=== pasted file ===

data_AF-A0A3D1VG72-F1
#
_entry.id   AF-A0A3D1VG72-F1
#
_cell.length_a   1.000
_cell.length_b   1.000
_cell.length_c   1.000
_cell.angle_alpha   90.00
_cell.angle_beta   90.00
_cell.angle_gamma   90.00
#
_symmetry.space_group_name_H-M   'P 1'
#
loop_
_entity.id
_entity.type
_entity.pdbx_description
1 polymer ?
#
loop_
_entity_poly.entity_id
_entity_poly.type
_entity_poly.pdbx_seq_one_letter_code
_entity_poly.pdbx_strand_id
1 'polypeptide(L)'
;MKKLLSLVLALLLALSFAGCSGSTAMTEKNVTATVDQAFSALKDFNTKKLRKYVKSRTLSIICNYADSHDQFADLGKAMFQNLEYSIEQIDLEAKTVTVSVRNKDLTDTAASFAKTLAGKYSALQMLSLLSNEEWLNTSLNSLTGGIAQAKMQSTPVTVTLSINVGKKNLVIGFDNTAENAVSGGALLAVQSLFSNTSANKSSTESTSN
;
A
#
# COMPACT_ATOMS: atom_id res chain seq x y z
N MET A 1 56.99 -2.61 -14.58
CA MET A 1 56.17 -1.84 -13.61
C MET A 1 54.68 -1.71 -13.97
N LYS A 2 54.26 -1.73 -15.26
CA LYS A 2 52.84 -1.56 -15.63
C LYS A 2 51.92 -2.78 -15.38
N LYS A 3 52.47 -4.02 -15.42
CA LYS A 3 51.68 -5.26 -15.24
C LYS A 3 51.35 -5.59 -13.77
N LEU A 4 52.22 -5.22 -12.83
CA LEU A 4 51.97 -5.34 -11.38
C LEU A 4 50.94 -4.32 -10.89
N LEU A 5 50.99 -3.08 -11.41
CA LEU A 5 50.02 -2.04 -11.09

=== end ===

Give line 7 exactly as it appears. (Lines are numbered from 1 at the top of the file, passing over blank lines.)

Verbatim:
_cell.length_c   1.000